Referring to FIGS. 56a, 56 b, and 69 a-69 n, the thirteenth embodiment of the LOCOS merged-mask micro-machining process 5600, using photoresist as an etching mask, with a thin etch of the exposed portions of the silicon wafer, and without the use of a buffer layer of silicon dioxide, includes the steps of: (1) provide a silicon wafer 6900 in step 5602, as illustrated in FIG. 69a, (2) apply a layer 6905 of silicon nitride onto the silicon wafer 6900 in step 5606, as illustrated in FIG. 69b, (3) pattern the layer 6905 of silicon nitride in step 5608, as illustrated in FIG. 69c, (4) thin etch the exposed portions of the silicon wafer 6900 in step 5610, as illustrated in FIG. 69d, (5) grow a field layer 6910 of silicon dioxide onto the portions of the silicon wafer 6900 not covered by the patterned layer 6905 of silicon nitride in step 5614 (the field layer of silicon dioxide is preferably at least as thick as the combined thicknesses of the layer of silicon nitride and the optional buffer layer of silicon dioxide), as illustrated in FIG. 69e, (6) pattern the layer 6910 of silicon dioxide in step 5616, as illustrated in FIG. 69f, (7) apply and pattern a layer 6915 of photoresist onto the silicon wafer 6900 in step 5620, as illustrated in FIG. 69g, (8) etch the exposed portions of the layer 6910 of silicon dioxide in step 5624, as illustrated in FIG. 69h; (9) etch the exposed portions of the silicon wafer 6900 using a plasma or gaseous etchant in step 5626, as illustrated in FIG. 69i; (10) remove the layer 6915 of photoresist in step 5628, as illustrated in FIG. 69j, (11) etch the exposed portions of the silicon wafer 6900 in step 5630, as illustrated in FIG. 69k, (12) etch the exposed portions of the layer 6910 of silicon dioxide in step 5632, as illustrated in FIG. 69l, (13) etch the exposed portions of the silicon wafer 6900 in step 5634, as illustrated in FIG. 69m, and (14) remove the remaining portions of the layer 6905 of silicon nitride, as illustrated in FIG. 69n.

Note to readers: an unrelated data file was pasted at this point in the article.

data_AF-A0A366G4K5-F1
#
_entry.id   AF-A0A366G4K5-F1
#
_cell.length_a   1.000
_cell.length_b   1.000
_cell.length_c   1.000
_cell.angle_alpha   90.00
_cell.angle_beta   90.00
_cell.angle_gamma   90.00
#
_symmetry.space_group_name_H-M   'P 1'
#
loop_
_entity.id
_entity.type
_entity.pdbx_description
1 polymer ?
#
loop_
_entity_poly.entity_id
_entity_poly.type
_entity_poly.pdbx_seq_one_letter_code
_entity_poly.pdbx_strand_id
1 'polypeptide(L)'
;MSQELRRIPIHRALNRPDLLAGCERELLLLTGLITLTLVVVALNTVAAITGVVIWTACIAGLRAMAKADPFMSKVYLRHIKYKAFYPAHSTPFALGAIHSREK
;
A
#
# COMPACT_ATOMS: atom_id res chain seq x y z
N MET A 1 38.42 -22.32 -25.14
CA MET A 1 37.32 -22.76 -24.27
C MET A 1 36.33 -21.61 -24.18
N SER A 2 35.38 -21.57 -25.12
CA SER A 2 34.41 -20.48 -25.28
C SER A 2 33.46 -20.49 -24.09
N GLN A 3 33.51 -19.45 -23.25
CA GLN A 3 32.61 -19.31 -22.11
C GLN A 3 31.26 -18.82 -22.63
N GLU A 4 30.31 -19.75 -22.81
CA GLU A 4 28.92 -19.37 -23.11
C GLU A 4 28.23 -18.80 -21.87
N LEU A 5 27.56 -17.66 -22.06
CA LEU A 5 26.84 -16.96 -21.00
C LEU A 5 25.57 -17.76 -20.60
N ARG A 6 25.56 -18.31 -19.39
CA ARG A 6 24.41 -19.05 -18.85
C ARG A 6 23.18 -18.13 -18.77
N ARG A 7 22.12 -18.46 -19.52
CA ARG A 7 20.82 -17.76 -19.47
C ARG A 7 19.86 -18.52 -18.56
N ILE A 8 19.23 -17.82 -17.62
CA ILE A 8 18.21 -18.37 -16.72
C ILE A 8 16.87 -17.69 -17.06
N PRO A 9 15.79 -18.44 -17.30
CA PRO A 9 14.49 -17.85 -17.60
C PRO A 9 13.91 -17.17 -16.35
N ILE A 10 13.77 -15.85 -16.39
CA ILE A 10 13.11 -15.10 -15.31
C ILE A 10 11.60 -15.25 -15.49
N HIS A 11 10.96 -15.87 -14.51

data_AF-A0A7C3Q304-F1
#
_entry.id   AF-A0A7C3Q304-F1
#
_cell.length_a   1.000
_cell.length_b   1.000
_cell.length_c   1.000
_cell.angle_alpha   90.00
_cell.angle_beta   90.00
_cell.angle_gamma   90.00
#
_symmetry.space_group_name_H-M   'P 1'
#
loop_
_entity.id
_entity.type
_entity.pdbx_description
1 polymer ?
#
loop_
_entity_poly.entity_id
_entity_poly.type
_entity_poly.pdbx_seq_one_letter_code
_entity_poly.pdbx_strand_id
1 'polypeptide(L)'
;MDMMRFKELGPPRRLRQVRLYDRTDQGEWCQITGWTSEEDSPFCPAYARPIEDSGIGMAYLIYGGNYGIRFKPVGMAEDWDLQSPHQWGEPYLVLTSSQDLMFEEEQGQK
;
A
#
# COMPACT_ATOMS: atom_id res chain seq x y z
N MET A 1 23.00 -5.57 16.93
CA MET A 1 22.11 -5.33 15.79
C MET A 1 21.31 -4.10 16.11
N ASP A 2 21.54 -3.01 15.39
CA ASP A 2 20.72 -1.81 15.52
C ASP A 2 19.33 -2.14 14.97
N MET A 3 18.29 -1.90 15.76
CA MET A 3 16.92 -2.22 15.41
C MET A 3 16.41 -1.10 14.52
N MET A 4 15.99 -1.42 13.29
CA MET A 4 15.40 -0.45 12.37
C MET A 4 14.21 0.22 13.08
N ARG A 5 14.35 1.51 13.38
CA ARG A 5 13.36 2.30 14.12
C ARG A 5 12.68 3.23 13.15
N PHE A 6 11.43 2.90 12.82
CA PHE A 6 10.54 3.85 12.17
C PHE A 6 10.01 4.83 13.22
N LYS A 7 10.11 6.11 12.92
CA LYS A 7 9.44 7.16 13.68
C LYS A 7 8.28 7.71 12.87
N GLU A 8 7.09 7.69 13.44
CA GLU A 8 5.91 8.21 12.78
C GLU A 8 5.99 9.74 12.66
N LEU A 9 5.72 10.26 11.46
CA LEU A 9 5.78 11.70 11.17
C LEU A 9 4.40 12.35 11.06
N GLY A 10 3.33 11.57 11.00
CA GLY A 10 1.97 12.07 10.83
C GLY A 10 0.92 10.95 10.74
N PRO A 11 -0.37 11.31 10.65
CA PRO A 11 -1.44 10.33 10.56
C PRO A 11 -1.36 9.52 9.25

In a preferred implementation of the thirteenth embodiment of the LOCOS merged-mask micro-machining process 5600, the etching performed in steps 5622 and 5626 comprises DRIE and provides sidewalls having an angle of 90°±45° relative to horizontal.

In a preferred implementation of the thirteenth embodiment of the LOCOS merged-mask micro-machining process 5600, the following process parameters are employed: the thickness of layer 6905 of silicon nitride ranges from about 0.1 to 2.0 microns, the thickness of layer 6910 of silicon dioxide ranges from about 0.2 to 3.0 microns, the thickness of layer 6915 of photoresist ranges from about 1 to 10 microns, and the depth of the thin etch of the exposed portions of the silicon wafer 6900 ranges from about 0.5 to 1 microns.